Most simply, it’s saying that somebody is “one of us.”
That little phrase got bandied about quite a bit when I was working day-to-day in the frequently maligned (and sometimes deservedly so) “Christian music industry.” My colleagues/friends and I would delight in the times when we’d meet “one of us,” because we knew we’d get better answers to questions and a broader-based look at the world, one we frequently shared.
The definition went above and beyond the people we like or would want to spend some time with outside the work environment. They were the people who’ve been through some crap and come out the other side, not always entirely whole, but certainly with perspective and a desire to communicate it.
|Mercyland: Hymns For The Rest Of Us
Not everybody personally buys into the “God equals guns, money and country” form of American Churchianity (hat tip to Jim Thomas for that particular phrase) that seems to dominate much of the cultural landscape.
The truly innovative artists in the genre aren’t afraid to ask questions, privately and in the company of other “ones of us”. But they also know their commercial lives depend upon dumbing down doubt and elevating absolute, unwavering belief in the faith their audiences have pre-ascribed to them.
(It’s particularly onerous these days, this power we give audiences, but that’s a topic for another day.)
So it seems increasingly rare to hear viable, outstanding art that addresses matters of faith with questions attached. Thank God for Phil Madeira, and thank God for Mercyland.
Phil is most assuredly “one of us,” and has been for a very long time. He’s plied his trade in the trenches of Christian music, but his talent, his skills are too vast to be contained by that narrow definition. So he has spent the last decade-and-a-half or so as one of Americana music’s (another way too simultaneously broad and narrow genre) most capable sidemen, for extended runs with Buddy Miller and currently with Emmylou Harris’ Red Dirt Boys.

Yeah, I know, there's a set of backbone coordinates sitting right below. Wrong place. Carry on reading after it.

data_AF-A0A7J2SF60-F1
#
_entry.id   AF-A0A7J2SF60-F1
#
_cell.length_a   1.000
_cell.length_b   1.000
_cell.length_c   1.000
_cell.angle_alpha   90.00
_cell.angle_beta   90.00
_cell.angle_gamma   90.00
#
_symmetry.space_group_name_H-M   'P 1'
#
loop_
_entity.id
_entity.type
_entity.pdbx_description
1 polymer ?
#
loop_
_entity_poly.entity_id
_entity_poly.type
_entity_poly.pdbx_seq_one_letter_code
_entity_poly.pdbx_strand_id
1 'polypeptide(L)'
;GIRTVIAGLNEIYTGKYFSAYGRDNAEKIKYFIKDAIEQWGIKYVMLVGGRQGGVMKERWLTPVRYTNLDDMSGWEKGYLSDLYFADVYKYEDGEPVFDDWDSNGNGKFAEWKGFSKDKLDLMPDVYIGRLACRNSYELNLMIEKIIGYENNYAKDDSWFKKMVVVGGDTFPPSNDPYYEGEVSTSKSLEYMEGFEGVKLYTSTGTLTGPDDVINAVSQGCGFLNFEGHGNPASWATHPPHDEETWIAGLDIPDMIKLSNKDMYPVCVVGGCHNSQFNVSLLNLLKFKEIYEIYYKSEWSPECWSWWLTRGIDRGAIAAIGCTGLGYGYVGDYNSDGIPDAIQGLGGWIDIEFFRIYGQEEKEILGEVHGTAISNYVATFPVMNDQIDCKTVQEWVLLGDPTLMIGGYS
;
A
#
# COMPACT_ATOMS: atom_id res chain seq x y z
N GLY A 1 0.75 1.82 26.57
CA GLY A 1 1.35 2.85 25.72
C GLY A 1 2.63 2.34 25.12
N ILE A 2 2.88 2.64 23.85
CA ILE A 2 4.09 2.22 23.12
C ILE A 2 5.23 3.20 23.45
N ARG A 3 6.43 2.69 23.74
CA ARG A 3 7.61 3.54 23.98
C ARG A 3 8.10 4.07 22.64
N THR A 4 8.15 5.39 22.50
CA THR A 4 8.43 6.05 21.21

(And on a personal note, he’s the only person I’ve ever profiled who made me lunch.)
I’ve always known that encounters with Phil were going to leave me refreshed, be it by laughter or spirited argument or a wee bit of conspiracy — one of my favorite memories involves him stopping me in the lobby of the Renaissance Hotel during the then-annual marathon grip-and-grin session known as Gospel Music Week to tell me he had a cut on an upcoming Toby Keith record titled “If I Was Jesus,” reciting some of the lyric and me wondering if Toby’s team truly knew what they had on their hands with the song. And when they turned it into a Jimmy Buffett-with-dobro quasi-party song, clearly they didn’t.
(Then again, Phil played that dobro and the album went multi-platinum, and I’m never going to begrudge somebody a paycheck.)
So when I heard he had spent the last couple of years slowly writing songs and gathering performances based on the idea of “hymns for the rest of us,” I knew the resulting record was going to be something special. I didn’t know how right I was.
Mercyland is the musical embodiment of the 11th of the 12 Steps: “Sought through prayer and meditation to improve our conscious contact with God as we understood Him (emphasis mine), praying only for knowledge of His will for us and the power to carry that out.”
Everybody approaches that understanding of God differently, and I imagine that’s the case for every artist represented on this record. But the unifying theme is the reaching out, the identifying of that force bigger than us, and choosing to both rest in and act on the knowledge of it.
Buddy Miller’s take on “I Believe In You” and Cindy Morgan teaming with Madeira for the homey, poetic “Leaning On You” represent that knowledge, just like the North Mississippi Allstars’ rescuing of “If I Was Jesus” and the record’s most impactful track “Give God The Blues” by Shawn Mullins hold up the mirror to remind us not to get too self-righteous about that knowledge.
The production on Mercyland is minimal, the performances raw and spirited and sad and joyful exactly when they need to be. The Civil Wars’ kickoff track “From This Valley” is a touch brighter than the material on their splendid debut Barton Hollow, but the celebratory nature is needed to lead one into the grittier message delivered on Mullins’ track.
The Carolina Chocolate Drops' “Lights In The Valley” recalls the best of strum-for-your-life campfire singalongs, which John Scofield counters on the instrumental closer “Peace In The Valley,” bringing the album in for a gentle landing while you think about the completion of the journey.
In between reside standout performances by Mat Kearney, Amy Stroup, Dan Tyminski, the project’s spiritual and literal champion Emmylou Harris and Madeira himself. Mercyland is art informed by faith and grounded by reality, something I know so many "ones of us" have been looking for for a very long time and hope others will be compelled to make more of in the very near future.